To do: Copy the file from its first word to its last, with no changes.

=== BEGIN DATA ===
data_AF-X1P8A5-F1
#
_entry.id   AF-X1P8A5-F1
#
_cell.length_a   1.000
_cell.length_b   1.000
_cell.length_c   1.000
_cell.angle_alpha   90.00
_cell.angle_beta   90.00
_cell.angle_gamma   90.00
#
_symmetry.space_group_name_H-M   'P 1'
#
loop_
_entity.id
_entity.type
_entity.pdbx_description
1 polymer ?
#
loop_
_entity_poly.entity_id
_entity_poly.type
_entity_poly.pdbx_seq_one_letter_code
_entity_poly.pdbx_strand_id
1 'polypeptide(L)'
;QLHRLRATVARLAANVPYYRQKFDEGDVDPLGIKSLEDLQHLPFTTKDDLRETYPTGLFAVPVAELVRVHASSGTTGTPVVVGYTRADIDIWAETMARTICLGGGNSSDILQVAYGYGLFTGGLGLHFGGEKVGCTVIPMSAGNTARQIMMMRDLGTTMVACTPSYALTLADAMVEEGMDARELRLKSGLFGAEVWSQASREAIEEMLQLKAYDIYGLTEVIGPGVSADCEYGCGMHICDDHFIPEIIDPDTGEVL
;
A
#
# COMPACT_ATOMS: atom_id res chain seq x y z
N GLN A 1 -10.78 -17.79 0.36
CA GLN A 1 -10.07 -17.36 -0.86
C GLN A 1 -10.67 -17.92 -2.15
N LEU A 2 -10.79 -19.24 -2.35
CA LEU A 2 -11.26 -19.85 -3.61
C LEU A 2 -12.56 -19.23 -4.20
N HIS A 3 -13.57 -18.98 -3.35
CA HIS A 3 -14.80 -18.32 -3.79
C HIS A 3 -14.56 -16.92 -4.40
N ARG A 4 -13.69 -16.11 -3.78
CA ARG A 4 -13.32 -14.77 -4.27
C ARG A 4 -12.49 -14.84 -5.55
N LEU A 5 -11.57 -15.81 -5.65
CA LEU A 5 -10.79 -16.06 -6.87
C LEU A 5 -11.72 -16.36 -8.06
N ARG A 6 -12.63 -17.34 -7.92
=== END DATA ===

data_AF-X1P8A5-F1
#
_entry.id   AF-X1P8A5-F1
#
_cell.length_a   1.000
_cell.length_b   1.000
_cell.length_c   1.000
_cell.angle_alpha   90.00
_cell.angle_beta   90.00
_cell.angle_gamma   90.00
#
_symmetry.space_group_name_H-M   'P 1'
#
loop_
_entity.id
_entity.type
_entity.pdbx_description
1 polymer ?
#
loop_
_entity_poly.entity_id
_entity_poly.type
_entity_poly.pdbx_seq_one_letter_code
_entity_poly.pdbx_strand_id
1 'polypeptide(L)'
;QLHRLRATVARLAANVPYYRQKFDEGDVDPLGIKSLEDLQHLPFTTKDDLRETYPTGLFAVPVAELVRVHASSGTTGTPVVVGYTRADIDIWAETMARTICLGGGNSSDILQVAYGYGLFTGGLGLHFGGEKVGCTVIPMSAGNTARQIMMMRDLGTTMVACTPSYALTLADAMVEEGMDARELRLKSGLFGAEVWSQASREAIEEMLQLKAYDIYGLTEVIGPGVSADCEYGCGMHICDDHFIPEIIDPDTGEVL
;
A
#
# COMPACT_ATOMS: atom_id res chain seq x y z
N GLN A 1 -10.78 -17.79 0.36
CA GLN A 1 -10.07 -17.36 -0.86
C GLN A 1 -10.67 -17.92 -2.15
N LEU A 2 -10.79 -19.24 -2.35
CA LEU A 2 -11.26 -19.85 -3.61
C LEU A 2 -12.56 -19.23 -4.20
N HIS A 3 -13.57 -18.98 -3.35
CA HIS A 3 -14.80 -18.32 -3.79
C HIS A 3 -14.56 -16.92 -4.40
N ARG A 4 -13.69 -16.11 -3.78
CA ARG A 4 -13.32 -14.77 -4.27
C ARG A 4 -12.49 -14.84 -5.55
N LEU A 5 -11.57 -15.81 -5.65
CA LEU A 5 -10.79 -16.06 -6.87
C LEU A 5 -11.72 -16.36 -8.06
N ARG A 6 -12.63 -17.34 -7.92